This paper presents the initial results of research design into parametric, prefabricated, high-density low carbon dwelling typologies that allow for both user choice and a privatised relationship with some version of a ‘garden’. Parametric design is a rulebased methodology that in this case allows future residents to assemble their dwelling with the constraints of the kit of parts and optimised environmental performance. User participation is as key to this system as high environmental performance.
The architecture is thus generated by the rules and by user choice. The kit of parts contains elements that allow waste recycling, cultivation of crops and rainwater harvesting, in an attempt to positively influence the lifestyle of the users. The use of prefabrication would deliver lightweight buildings, allowing greater space for the rationalization of resources, lower consumption of energy and the installation of prefabricated building components that utilize fewer resources compared to traditional building techniques This paper investigates the industrial logic with which prefabricated building components are produced, the reason for the need of user’s participation in the building process and tools to enable this participation.
This design-led research investigates possibilities for developing low energy neighbourhoods through a process of participation of the users. The investigation encompasses three areas:
1. self build, self-procured dwellings;
2. use of high performance prefabricated components for low carbon residential buildings;
3. use of parametric design. Trend projections, in the UK show an increase of self-build houses. ‘First-quarter figures from BuildStore, supplier of finance, materials and advice to people who want to build their own homes, show mortgage applications rose almost 70 per cent to £178 million in 2005.’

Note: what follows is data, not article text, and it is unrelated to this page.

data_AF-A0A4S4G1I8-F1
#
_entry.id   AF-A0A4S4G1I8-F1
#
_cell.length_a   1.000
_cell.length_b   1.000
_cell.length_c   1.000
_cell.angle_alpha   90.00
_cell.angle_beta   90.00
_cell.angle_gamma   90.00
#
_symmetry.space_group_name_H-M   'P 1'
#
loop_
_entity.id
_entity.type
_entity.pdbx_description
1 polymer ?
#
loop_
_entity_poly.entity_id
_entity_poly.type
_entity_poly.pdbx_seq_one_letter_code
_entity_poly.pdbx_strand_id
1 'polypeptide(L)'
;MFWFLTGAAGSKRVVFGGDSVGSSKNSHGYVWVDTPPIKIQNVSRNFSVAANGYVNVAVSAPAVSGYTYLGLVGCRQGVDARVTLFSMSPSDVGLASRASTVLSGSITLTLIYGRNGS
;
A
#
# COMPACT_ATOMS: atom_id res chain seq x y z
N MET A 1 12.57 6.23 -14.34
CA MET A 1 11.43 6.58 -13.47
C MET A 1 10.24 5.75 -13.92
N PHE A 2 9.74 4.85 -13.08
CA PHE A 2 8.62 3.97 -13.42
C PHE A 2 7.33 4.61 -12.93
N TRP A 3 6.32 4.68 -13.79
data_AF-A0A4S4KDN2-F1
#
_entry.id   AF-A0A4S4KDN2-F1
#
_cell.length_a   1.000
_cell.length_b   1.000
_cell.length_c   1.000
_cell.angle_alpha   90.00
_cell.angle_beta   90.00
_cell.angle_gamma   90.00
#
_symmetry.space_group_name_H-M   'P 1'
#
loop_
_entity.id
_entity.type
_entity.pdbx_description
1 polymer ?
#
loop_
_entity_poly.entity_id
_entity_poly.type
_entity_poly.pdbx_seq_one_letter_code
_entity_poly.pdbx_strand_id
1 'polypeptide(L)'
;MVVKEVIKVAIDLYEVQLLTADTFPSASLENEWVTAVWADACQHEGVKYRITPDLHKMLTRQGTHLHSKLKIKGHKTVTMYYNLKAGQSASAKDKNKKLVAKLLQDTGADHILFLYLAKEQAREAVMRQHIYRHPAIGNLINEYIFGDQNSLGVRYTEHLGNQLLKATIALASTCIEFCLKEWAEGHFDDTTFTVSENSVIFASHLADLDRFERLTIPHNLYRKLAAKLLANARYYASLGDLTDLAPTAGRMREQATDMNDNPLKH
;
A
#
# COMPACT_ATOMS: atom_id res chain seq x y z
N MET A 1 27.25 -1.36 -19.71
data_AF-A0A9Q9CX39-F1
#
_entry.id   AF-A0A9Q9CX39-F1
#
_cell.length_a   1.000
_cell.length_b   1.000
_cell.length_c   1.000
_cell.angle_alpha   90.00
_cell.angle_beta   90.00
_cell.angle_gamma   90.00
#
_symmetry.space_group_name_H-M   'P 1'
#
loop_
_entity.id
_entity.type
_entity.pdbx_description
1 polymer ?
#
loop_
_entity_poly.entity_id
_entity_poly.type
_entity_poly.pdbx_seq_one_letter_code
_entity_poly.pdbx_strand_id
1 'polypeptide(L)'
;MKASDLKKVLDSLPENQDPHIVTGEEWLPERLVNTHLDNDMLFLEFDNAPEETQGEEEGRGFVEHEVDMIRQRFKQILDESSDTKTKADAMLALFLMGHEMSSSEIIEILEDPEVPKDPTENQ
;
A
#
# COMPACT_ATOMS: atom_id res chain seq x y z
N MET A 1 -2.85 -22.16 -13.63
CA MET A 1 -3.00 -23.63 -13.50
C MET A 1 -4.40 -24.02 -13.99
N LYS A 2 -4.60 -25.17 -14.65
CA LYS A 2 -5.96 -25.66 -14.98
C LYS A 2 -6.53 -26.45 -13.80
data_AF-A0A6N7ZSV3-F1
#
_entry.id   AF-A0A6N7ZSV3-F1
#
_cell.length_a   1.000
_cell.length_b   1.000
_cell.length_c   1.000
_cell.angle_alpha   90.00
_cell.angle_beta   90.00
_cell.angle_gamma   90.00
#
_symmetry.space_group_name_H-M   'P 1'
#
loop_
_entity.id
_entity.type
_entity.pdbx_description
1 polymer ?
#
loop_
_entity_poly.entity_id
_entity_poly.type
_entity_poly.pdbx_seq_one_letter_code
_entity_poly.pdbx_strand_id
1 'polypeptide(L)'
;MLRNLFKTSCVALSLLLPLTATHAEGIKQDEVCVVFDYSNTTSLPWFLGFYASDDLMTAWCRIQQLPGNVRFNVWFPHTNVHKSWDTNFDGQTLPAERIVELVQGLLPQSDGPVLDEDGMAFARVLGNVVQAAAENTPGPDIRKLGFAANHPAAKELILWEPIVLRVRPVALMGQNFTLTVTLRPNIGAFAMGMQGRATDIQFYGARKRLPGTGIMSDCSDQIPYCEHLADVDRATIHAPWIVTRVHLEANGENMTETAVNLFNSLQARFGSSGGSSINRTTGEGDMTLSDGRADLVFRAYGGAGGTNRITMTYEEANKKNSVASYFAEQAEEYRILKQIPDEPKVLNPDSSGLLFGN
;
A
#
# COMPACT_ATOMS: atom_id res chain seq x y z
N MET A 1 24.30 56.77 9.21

Industry in this area has potential for producing a high variety of customized components that can generate a variety of building types and finishes. The project investigates how parametric design can enable users to generate low carbon buildings and neighbourhoods through a prefabricated kit of parts and a set of rules that binds users and at the same time gives them high flexibility. This paper looks into each one of the above mentioned areas before illustrating the final design research.
Prefabrication and Modern Methods of Construction.
Historical references. Early prefabricated building elements and processes stem from the rationalist dream of architecture as a product.
Le Corbusier wrote in 1923:
“There exists a new spirit. Industry, overwhelming us like a flood which rolls on towards its destined end, has furnished us with new tools adapted to this new epoch, animated by a new spirit.”
(…)We must create the mass-production spirit: The spirit of constructing mass-production houses. The spirit of living in mass-production houses. The spirit of conceiving mass-production houses.’  Forty years later, technology and market demand realised this vision. During the 60’s and early ’70’s prefabrication became a reality in the building sector everywhere in Europe. Unfortunately, rather than generating affordable, high quality dwellings for the many, the industrial production of building elements created standardization and monotony where it should have allowed a greater freedom and higher quality standards for designers. Industrialization embedded repetition. The use of repeated elements as a design parameter was explored at the Bauhaus. Walter Gropius saw prefabrication as the way to build large numbers of dwellings in a fast and effective way, and in the 1920’s and 30’s, the first industrial homes were seen as a symbol of modernity and progress.